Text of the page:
The use of medicinal plants for the treatment of gastrointestinal disorders and ethnodiseases such as diarrhea, stomachache, dysentery, “empacho” (blockage), and bile is a common strategy among indigenous communities. It is estimated that approximately 34% of medicinal plants are used to treat diseases of the digestive tract. In Mexico, gastrointestinal infections caused by bacteria, parasites, or viruses represent one of the main causes of death in children in rural populations. Our objective was to document the use of medicinal plants used by the indigenous groups of Oaxaca, Mexico, for the treatment of gastrointestinal disorders, based on previous studies, experiences, and field observations in indigenous communities and supplemented with bibliographic references. In Oaxaca, there are 16 indigenous groups, the largest being the speakers of the Zapoteco, Mixteco, Mazateco, Mixe, Chinanteco, Amuzgo, Tacuate, Chatino, and Cuicateco languages. In this review of the medicinal plants used for gastrointestinal disorders, 186 species were grouped into 147 genera and 71 botanical families, among which the largest number of species belonged to Asteraceae (29), Fabaceae (15), Euphorbiaceae (9), Solanaceae (9), and Lamiaceae (9). Different pharmacological studies showed potential for preventing microbial and fungal pathogens that cause gastrointestinal disease.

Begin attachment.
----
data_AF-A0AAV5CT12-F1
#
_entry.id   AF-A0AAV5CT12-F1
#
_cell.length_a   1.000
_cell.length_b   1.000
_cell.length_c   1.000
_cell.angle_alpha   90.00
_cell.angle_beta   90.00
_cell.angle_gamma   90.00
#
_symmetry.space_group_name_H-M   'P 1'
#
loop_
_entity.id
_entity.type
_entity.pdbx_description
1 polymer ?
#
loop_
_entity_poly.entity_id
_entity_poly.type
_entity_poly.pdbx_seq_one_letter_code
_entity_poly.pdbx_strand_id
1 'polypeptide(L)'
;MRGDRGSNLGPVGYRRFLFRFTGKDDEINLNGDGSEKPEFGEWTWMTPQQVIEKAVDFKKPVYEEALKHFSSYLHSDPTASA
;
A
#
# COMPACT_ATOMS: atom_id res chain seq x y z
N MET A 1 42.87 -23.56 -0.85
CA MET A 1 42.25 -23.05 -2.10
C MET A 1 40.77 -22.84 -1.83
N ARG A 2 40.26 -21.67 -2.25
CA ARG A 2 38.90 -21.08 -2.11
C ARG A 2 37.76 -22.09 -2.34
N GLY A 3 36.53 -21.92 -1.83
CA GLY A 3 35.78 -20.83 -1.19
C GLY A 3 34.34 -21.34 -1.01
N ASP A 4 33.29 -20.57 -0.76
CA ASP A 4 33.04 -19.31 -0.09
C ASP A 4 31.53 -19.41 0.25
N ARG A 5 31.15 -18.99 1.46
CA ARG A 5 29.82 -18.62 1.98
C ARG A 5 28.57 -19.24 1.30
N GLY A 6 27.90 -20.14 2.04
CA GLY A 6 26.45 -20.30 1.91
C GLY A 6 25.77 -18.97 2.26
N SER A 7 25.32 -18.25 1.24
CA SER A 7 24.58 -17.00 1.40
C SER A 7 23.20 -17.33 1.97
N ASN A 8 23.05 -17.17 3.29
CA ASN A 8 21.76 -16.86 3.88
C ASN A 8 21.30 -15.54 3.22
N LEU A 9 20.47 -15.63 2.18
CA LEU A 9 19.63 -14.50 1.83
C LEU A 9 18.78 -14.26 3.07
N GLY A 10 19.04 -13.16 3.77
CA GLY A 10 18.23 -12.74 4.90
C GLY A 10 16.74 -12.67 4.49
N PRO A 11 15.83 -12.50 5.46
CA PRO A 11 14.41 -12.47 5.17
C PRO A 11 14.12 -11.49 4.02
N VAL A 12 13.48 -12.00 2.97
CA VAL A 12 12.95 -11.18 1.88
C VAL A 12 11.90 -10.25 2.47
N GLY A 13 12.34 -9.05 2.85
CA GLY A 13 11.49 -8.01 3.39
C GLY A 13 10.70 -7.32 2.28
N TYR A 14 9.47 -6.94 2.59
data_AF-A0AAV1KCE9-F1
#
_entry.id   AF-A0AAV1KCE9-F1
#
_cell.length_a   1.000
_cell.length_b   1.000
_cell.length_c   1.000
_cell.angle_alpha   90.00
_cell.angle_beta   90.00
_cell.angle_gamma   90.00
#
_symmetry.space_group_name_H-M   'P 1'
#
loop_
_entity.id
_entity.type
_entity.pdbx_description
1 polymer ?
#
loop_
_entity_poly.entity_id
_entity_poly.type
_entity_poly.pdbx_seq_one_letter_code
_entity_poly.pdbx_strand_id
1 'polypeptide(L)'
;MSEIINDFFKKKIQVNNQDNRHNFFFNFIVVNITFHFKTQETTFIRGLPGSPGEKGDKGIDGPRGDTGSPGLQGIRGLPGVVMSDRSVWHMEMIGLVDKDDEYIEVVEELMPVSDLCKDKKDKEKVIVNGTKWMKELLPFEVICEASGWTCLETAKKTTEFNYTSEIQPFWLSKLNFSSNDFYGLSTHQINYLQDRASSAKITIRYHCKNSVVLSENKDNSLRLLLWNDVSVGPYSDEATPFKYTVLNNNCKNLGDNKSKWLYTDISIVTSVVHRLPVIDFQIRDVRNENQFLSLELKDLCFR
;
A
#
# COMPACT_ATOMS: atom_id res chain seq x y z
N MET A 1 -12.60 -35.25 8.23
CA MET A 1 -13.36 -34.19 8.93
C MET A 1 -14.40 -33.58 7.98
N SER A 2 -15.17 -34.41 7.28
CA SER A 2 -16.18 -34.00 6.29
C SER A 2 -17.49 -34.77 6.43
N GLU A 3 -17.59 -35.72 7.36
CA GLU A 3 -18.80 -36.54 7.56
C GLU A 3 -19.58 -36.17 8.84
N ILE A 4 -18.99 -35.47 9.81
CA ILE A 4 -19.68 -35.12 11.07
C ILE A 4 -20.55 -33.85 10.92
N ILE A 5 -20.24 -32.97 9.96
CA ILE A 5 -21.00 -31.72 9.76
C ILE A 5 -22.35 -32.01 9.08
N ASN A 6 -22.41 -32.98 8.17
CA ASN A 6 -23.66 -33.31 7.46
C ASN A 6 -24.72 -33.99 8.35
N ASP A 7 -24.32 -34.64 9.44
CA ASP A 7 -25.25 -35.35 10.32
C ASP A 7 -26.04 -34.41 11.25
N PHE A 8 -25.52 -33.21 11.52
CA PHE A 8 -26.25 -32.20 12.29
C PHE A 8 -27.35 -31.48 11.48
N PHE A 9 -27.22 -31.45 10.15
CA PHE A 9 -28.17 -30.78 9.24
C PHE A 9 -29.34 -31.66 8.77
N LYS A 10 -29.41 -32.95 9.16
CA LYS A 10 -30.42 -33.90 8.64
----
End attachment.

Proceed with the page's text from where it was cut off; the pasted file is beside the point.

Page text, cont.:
Part of the book: Pharmacognosy